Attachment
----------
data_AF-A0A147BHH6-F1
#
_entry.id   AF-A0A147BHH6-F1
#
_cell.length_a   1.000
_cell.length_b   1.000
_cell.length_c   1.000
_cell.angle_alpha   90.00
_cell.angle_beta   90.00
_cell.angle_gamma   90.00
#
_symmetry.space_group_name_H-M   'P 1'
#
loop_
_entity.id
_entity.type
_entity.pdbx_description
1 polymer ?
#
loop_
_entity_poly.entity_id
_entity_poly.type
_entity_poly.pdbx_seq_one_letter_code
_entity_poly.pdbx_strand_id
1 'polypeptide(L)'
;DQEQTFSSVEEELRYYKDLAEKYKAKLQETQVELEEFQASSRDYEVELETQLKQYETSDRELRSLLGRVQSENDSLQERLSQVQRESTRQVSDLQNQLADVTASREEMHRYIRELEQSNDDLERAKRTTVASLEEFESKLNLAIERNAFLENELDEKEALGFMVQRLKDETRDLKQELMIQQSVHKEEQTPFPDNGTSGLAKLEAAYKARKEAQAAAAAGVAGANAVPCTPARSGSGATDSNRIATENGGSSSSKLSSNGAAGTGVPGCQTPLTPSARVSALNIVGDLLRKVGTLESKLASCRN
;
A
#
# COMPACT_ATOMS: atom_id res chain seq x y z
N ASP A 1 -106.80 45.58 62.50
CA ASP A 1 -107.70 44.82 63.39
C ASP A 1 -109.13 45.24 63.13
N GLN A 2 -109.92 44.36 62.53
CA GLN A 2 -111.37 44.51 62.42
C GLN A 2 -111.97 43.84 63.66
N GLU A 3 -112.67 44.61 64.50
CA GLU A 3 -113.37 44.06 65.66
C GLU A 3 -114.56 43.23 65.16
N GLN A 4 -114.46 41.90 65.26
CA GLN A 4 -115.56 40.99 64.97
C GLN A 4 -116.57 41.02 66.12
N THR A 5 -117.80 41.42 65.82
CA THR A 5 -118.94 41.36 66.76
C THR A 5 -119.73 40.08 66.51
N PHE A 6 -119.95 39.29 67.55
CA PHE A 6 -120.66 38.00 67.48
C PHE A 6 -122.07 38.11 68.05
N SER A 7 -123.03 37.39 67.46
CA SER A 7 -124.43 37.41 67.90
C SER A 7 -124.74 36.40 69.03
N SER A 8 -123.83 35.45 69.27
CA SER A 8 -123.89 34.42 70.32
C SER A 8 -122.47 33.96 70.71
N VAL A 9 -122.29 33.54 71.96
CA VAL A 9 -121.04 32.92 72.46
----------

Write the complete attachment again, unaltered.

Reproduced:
data_AF-A0A147BHH6-F1
#
_entry.id   AF-A0A147BHH6-F1
#
_cell.length_a   1.000
_cell.length_b   1.000
_cell.length_c   1.000
_cell.angle_alpha   90.00
_cell.angle_beta   90.00
_cell.angle_gamma   90.00
#
_symmetry.space_group_name_H-M   'P 1'
#
loop_
_entity.id
_entity.type
_entity.pdbx_description
1 polymer ?
#
loop_
_entity_poly.entity_id
_entity_poly.type
_entity_poly.pdbx_seq_one_letter_code
_entity_poly.pdbx_strand_id
1 'polypeptide(L)'
;DQEQTFSSVEEELRYYKDLAEKYKAKLQETQVELEEFQASSRDYEVELETQLKQYETSDRELRSLLGRVQSENDSLQERLSQVQRESTRQVSDLQNQLADVTASREEMHRYIRELEQSNDDLERAKRTTVASLEEFESKLNLAIERNAFLENELDEKEALGFMVQRLKDETRDLKQELMIQQSVHKEEQTPFPDNGTSGLAKLEAAYKARKEAQAAAAAGVAGANAVPCTPARSGSGATDSNRIATENGGSSSSKLSSNGAAGTGVPGCQTPLTPSARVSALNIVGDLLRKVGTLESKLASCRN
;
A
#
# COMPACT_ATOMS: atom_id res chain seq x y z
N ASP A 1 -106.80 45.58 62.50
CA ASP A 1 -107.70 44.82 63.39
C ASP A 1 -109.13 45.24 63.13
N GLN A 2 -109.92 44.36 62.53
CA GLN A 2 -111.37 44.51 62.42
C GLN A 2 -111.97 43.84 63.66
N GLU A 3 -112.67 44.61 64.50
CA GLU A 3 -113.37 44.06 65.66
C GLU A 3 -114.56 43.23 65.16
N GLN A 4 -114.46 41.90 65.26
CA GLN A 4 -115.56 40.99 64.97
C GLN A 4 -116.57 41.02 66.12
N THR A 5 -117.80 41.42 65.82
CA THR A 5 -118.94 41.36 66.76
C THR A 5 -119.73 40.08 66.51
N PHE A 6 -119.95 39.29 67.55
CA PHE A 6 -120.66 38.00 67.48
C PHE A 6 -122.07 38.11 68.05
N SER A 7 -123.03 37.39 67.46
CA SER A 7 -124.43 37.41 67.90
C SER A 7 -124.74 36.40 69.03
N SER A 8 -123.83 35.45 69.27
CA SER A 8 -123.89 34.42 70.32
C SER A 8 -122.47 33.96 70.71
N VAL A 9 -122.29 33.54 71.96
CA VAL A 9 -121.04 32.92 72.46